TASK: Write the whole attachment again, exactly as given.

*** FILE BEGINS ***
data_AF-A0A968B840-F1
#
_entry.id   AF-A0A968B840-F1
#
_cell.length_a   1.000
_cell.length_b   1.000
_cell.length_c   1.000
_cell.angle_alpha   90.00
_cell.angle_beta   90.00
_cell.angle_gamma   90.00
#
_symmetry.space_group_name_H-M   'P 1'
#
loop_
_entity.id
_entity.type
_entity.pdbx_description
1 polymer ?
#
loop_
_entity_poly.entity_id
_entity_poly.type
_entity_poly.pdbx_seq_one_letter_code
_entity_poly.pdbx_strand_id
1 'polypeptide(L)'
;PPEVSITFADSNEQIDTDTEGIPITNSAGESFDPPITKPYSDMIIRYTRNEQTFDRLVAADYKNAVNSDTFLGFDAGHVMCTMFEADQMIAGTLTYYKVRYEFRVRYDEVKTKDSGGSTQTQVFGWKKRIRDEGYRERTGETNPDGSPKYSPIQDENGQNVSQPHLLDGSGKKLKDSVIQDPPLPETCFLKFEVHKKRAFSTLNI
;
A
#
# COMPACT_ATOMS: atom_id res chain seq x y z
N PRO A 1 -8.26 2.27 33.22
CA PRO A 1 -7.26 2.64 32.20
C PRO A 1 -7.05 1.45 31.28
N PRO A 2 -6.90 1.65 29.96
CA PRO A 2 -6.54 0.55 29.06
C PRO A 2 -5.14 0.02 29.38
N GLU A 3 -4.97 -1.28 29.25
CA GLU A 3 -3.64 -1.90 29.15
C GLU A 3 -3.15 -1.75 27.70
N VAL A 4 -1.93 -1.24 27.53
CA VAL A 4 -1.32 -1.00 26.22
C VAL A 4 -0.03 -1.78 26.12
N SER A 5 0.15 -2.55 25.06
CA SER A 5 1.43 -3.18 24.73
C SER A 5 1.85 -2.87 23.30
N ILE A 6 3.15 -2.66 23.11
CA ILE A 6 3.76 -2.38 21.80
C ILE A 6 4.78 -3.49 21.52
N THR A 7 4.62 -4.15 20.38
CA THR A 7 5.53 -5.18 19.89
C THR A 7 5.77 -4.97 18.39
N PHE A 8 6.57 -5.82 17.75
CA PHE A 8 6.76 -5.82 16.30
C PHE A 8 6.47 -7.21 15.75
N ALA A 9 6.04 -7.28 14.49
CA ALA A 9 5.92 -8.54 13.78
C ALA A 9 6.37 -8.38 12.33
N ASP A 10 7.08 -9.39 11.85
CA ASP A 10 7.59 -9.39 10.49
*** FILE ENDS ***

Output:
data_AF-A0A968B840-F1
#
_entry.id   AF-A0A968B840-F1
#
_cell.length_a   1.000
_cell.length_b   1.000
_cell.length_c   1.000
_cell.angle_alpha   90.00
_cell.angle_beta   90.00
_cell.angle_gamma   90.00
#
_symmetry.space_group_name_H-M   'P 1'
#
loop_
_entity.id
_entity.type
_entity.pdbx_description
1 polymer ?
#
loop_
_entity_poly.entity_id
_entity_poly.type
_entity_poly.pdbx_seq_one_letter_code
_entity_poly.pdbx_strand_id
1 'polypeptide(L)'
;PPEVSITFADSNEQIDTDTEGIPITNSAGESFDPPITKPYSDMIIRYTRNEQTFDRLVAADYKNAVNSDTFLGFDAGHVMCTMFEADQMIAGTLTYYKVRYEFRVRYDEVKTKDSGGSTQTQVFGWKKRIRDEGYRERTGETNPDGSPKYSPIQDENGQNVSQPHLLDGSGKKLKDSVIQDPPLPETCFLKFEVHKKRAFSTLNI
;
A
#
# COMPACT_ATOMS: atom_id res chain seq x y z
N PRO A 1 -8.26 2.27 33.22
CA PRO A 1 -7.26 2.64 32.20
C PRO A 1 -7.05 1.45 31.28
N PRO A 2 -6.90 1.65 29.96
CA PRO A 2 -6.54 0.55 29.06
C PRO A 2 -5.14 0.02 29.38
N GLU A 3 -4.97 -1.28 29.25
CA GLU A 3 -3.64 -1.90 29.15
C GLU A 3 -3.15 -1.75 27.70
N VAL A 4 -1.93 -1.24 27.53
CA VAL A 4 -1.32 -1.00 26.22
C VAL A 4 -0.03 -1.78 26.12
N SER A 5 0.15 -2.55 25.06
CA SER A 5 1.43 -3.18 24.73
C SER A 5 1.85 -2.87 23.30
N ILE A 6 3.15 -2.66 23.11
CA ILE A 6 3.76 -2.38 21.80
C ILE A 6 4.78 -3.49 21.52
N THR A 7 4.62 -4.15 20.38
CA THR A 7 5.53 -5.18 19.89
C THR A 7 5.77 -4.97 18.39
N PHE A 8 6.57 -5.82 17.75
CA PHE A 8 6.76 -5.82 16.30
C PHE A 8 6.47 -7.21 15.75
N ALA A 9 6.04 -7.28 14.49
CA ALA A 9 5.92 -8.54 13.78
C ALA A 9 6.37 -8.38 12.33
N ASP A 10 7.08 -9.39 11.85
CA ASP A 10 7.59 -9.39 10.49